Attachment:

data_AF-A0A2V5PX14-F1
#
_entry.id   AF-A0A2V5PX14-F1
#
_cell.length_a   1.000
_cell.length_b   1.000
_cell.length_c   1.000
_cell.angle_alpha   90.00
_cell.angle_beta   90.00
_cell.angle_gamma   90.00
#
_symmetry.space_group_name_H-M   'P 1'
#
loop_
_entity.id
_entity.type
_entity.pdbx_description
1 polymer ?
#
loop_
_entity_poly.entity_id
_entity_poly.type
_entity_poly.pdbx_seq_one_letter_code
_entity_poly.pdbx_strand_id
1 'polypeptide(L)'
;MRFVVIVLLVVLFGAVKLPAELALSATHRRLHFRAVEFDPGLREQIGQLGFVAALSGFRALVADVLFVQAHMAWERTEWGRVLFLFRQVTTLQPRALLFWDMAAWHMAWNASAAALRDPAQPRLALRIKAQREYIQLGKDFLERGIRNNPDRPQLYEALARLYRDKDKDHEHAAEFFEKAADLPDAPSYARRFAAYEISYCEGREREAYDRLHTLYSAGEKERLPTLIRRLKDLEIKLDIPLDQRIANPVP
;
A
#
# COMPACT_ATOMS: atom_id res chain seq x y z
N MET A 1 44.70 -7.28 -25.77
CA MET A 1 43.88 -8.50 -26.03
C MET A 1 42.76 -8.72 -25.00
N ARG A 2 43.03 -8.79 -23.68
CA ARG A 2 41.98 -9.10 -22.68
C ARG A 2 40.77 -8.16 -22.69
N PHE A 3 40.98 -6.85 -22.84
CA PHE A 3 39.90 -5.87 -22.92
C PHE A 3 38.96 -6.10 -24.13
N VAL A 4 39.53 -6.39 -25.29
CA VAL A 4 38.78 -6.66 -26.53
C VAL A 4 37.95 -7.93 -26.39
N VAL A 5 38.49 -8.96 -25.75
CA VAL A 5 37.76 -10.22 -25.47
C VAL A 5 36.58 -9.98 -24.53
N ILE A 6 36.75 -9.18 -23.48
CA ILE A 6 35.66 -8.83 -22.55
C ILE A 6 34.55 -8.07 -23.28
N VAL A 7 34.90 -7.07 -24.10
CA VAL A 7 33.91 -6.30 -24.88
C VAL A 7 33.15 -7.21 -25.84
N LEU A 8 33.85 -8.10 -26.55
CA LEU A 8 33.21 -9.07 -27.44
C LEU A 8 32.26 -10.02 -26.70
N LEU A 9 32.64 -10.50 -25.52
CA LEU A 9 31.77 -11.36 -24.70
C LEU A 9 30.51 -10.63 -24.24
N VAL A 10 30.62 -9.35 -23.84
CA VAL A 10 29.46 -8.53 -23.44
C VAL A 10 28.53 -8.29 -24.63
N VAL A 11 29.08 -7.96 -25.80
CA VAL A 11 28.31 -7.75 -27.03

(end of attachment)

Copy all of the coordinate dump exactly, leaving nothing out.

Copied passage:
data_AF-A0A2V5PX14-F1
#
_entry.id   AF-A0A2V5PX14-F1
#
_cell.length_a   1.000
_cell.length_b   1.000
_cell.length_c   1.000
_cell.angle_alpha   90.00
_cell.angle_beta   90.00
_cell.angle_gamma   90.00
#
_symmetry.space_group_name_H-M   'P 1'
#
loop_
_entity.id
_entity.type
_entity.pdbx_description
1 polymer ?
#
loop_
_entity_poly.entity_id
_entity_poly.type
_entity_poly.pdbx_seq_one_letter_code
_entity_poly.pdbx_strand_id
1 'polypeptide(L)'
;MRFVVIVLLVVLFGAVKLPAELALSATHRRLHFRAVEFDPGLREQIGQLGFVAALSGFRALVADVLFVQAHMAWERTEWGRVLFLFRQVTTLQPRALLFWDMAAWHMAWNASAAALRDPAQPRLALRIKAQREYIQLGKDFLERGIRNNPDRPQLYEALARLYRDKDKDHEHAAEFFEKAADLPDAPSYARRFAAYEISYCEGREREAYDRLHTLYSAGEKERLPTLIRRLKDLEIKLDIPLDQRIANPVP
;
A
#
# COMPACT_ATOMS: atom_id res chain seq x y z
N MET A 1 44.70 -7.28 -25.77
CA MET A 1 43.88 -8.50 -26.03
C MET A 1 42.76 -8.72 -25.00
N ARG A 2 43.03 -8.79 -23.68
CA ARG A 2 41.98 -9.10 -22.68
C ARG A 2 40.77 -8.16 -22.69
N PHE A 3 40.98 -6.85 -22.84
CA PHE A 3 39.90 -5.87 -22.92
C PHE A 3 38.96 -6.10 -24.13
N VAL A 4 39.53 -6.39 -25.29
CA VAL A 4 38.78 -6.66 -26.53
C VAL A 4 37.95 -7.93 -26.39
N VAL A 5 38.49 -8.96 -25.75
CA VAL A 5 37.76 -10.22 -25.47
C VAL A 5 36.58 -9.98 -24.53
N ILE A 6 36.75 -9.18 -23.48
CA ILE A 6 35.66 -8.83 -22.55
C ILE A 6 34.55 -8.07 -23.28
N VAL A 7 34.90 -7.07 -24.10
CA VAL A 7 33.91 -6.30 -24.88
C VAL A 7 33.15 -7.21 -25.84
N LEU A 8 33.85 -8.10 -26.55
CA LEU A 8 33.21 -9.07 -27.44
C LEU A 8 32.26 -10.02 -26.70
N LEU A 9 32.64 -10.50 -25.52
CA LEU A 9 31.77 -11.36 -24.70
C LEU A 9 30.51 -10.63 -24.24
N VAL A 10 30.62 -9.35 -23.84
CA VAL A 10 29.46 -8.53 -23.44
C VAL A 10 28.53 -8.29 -24.63
N VAL A 11 29.08 -7.96 -25.80
CA VAL A 11 28.31 -7.75 -27.03